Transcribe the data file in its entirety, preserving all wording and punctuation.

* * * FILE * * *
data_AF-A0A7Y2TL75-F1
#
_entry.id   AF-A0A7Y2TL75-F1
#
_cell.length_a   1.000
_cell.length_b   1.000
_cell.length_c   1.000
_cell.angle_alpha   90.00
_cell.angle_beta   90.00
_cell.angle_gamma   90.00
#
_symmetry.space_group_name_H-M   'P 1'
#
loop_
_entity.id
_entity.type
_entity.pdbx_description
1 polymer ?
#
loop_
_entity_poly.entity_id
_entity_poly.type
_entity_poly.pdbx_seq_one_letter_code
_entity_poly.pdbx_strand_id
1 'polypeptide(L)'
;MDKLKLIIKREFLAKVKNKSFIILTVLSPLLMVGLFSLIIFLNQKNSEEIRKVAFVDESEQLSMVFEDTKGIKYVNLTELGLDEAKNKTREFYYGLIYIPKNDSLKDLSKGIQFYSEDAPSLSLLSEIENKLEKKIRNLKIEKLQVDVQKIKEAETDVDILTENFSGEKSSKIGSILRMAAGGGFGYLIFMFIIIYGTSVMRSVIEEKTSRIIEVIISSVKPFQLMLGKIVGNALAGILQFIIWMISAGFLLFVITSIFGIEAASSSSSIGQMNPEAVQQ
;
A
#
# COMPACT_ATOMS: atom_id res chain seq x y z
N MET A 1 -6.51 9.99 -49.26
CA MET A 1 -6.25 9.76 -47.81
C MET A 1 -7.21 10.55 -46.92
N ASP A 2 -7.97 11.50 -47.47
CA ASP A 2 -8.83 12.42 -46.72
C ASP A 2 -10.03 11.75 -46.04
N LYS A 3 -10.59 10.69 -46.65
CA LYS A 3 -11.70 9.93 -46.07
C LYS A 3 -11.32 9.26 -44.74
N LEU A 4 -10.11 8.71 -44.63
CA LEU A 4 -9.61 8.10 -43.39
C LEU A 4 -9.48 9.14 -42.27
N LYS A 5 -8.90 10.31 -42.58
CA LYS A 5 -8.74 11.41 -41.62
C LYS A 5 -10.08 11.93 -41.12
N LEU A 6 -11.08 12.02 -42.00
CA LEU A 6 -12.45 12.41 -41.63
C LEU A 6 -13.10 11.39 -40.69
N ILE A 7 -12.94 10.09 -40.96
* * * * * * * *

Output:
data_AF-A0A7Y2TL75-F1
#
_entry.id   AF-A0A7Y2TL75-F1
#
_cell.length_a   1.000
_cell.length_b   1.000
_cell.length_c   1.000
_cell.angle_alpha   90.00
_cell.angle_beta   90.00
_cell.angle_gamma   90.00
#
_symmetry.space_group_name_H-M   'P 1'
#
loop_
_entity.id
_entity.type
_entity.pdbx_description
1 polymer ?
#
loop_
_entity_poly.entity_id
_entity_poly.type
_entity_poly.pdbx_seq_one_letter_code
_entity_poly.pdbx_strand_id
1 'polypeptide(L)'
;MDKLKLIIKREFLAKVKNKSFIILTVLSPLLMVGLFSLIIFLNQKNSEEIRKVAFVDESEQLSMVFEDTKGIKYVNLTELGLDEAKNKTREFYYGLIYIPKNDSLKDLSKGIQFYSEDAPSLSLLSEIENKLEKKIRNLKIEKLQVDVQKIKEAETDVDILTENFSGEKSSKIGSILRMAAGGGFGYLIFMFIIIYGTSVMRSVIEEKTSRIIEVIISSVKPFQLMLGKIVGNALAGILQFIIWMISAGFLLFVITSIFGIEAASSSSSIGQMNPEAVQQ
;
A
#
# COMPACT_ATOMS: atom_id res chain seq x y z
N MET A 1 -6.51 9.99 -49.26
CA MET A 1 -6.25 9.76 -47.81
C MET A 1 -7.21 10.55 -46.92
N ASP A 2 -7.97 11.50 -47.47
CA ASP A 2 -8.83 12.42 -46.72
C ASP A 2 -10.03 11.75 -46.04
N LYS A 3 -10.59 10.69 -46.65
CA LYS A 3 -11.70 9.93 -46.07
C LYS A 3 -11.32 9.26 -44.74
N LEU A 4 -10.11 8.71 -44.63
CA LEU A 4 -9.61 8.10 -43.39
C LEU A 4 -9.48 9.14 -42.27
N LYS A 5 -8.90 10.31 -42.58
CA LYS A 5 -8.74 11.41 -41.62
C LYS A 5 -10.08 11.93 -41.12
N LEU A 6 -11.08 12.02 -42.00
CA LEU A 6 -12.45 12.41 -41.63
C LEU A 6 -13.10 11.39 -40.69
N ILE A 7 -12.94 10.09 -40.96